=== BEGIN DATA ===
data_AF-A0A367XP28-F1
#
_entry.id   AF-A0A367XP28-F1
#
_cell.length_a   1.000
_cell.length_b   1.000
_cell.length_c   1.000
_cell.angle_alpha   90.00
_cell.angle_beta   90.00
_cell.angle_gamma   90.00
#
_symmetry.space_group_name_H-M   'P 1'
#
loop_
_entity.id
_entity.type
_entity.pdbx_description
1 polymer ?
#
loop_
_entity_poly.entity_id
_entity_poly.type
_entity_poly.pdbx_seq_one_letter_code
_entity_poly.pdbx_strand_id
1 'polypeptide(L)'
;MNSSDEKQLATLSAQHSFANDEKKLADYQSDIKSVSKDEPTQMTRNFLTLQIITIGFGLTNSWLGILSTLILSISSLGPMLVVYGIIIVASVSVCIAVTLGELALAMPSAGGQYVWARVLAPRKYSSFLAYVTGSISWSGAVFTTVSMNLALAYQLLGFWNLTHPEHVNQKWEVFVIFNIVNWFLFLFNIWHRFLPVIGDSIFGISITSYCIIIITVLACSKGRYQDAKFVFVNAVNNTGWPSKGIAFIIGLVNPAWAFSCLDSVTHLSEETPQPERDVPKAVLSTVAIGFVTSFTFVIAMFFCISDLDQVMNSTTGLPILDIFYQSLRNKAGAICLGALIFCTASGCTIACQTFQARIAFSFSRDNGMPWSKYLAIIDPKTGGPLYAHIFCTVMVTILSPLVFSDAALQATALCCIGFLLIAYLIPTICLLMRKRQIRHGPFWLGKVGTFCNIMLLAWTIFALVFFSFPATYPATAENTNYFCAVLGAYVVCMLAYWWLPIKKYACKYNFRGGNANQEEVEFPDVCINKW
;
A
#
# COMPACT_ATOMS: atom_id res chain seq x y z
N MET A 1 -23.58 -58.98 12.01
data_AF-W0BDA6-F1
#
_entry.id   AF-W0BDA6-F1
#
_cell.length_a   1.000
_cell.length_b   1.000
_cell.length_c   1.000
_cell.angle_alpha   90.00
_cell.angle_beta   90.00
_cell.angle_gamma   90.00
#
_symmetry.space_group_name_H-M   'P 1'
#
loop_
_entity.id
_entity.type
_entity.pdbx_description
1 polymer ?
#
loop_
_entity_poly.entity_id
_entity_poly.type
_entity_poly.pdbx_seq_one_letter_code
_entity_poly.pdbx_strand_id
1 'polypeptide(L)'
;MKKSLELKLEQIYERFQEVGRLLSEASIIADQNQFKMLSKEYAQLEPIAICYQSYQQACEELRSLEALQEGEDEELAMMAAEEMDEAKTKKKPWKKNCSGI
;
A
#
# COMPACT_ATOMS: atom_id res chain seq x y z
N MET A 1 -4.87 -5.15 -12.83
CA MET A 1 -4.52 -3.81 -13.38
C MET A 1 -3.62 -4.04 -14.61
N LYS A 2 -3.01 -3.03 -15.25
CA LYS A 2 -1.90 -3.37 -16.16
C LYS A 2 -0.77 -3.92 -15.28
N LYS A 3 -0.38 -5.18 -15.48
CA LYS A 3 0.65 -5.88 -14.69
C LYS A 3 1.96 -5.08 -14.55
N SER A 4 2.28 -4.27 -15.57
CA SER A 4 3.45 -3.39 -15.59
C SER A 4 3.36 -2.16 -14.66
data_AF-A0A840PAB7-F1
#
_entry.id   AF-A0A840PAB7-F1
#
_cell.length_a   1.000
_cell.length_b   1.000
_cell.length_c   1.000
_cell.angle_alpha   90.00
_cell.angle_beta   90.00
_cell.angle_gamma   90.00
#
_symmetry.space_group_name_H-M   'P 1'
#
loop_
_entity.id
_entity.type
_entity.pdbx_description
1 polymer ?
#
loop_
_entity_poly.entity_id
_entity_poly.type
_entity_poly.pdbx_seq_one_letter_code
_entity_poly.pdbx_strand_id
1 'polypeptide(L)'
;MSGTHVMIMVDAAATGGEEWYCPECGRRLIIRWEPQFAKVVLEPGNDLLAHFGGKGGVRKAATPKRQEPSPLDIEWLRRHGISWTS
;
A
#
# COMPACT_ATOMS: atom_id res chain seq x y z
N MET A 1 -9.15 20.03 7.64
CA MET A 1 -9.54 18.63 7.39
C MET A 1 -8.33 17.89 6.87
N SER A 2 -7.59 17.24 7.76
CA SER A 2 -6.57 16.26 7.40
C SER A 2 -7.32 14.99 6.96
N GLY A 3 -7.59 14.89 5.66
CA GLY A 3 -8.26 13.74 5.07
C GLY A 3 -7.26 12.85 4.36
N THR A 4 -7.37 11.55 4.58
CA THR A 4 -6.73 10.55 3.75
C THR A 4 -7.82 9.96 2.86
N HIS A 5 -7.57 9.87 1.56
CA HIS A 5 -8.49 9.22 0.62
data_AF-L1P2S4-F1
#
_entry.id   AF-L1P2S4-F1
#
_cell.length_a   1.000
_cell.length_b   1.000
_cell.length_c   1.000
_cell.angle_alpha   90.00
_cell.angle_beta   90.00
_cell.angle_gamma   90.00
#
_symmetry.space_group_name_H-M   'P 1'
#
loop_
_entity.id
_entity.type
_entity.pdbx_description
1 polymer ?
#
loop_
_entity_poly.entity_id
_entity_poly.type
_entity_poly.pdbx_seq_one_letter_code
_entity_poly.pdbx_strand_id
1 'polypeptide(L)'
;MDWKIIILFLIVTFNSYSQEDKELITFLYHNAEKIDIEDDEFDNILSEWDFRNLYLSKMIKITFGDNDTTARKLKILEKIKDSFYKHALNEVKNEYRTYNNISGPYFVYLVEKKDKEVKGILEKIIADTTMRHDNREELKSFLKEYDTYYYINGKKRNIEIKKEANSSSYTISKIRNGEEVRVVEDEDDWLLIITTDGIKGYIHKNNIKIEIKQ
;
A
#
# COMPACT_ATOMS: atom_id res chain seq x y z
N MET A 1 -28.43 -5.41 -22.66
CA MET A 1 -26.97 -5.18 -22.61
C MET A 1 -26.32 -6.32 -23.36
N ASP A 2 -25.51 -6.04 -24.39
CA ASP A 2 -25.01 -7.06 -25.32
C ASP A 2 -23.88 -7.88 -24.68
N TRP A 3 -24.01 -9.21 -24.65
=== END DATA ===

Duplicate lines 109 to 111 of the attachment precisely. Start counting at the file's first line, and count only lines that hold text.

C SER A 2 -7.32 14.99 6.96
N GLY A 3 -7.59 14.89 5.66
CA GLY A 3 -8.26 13.74 5.07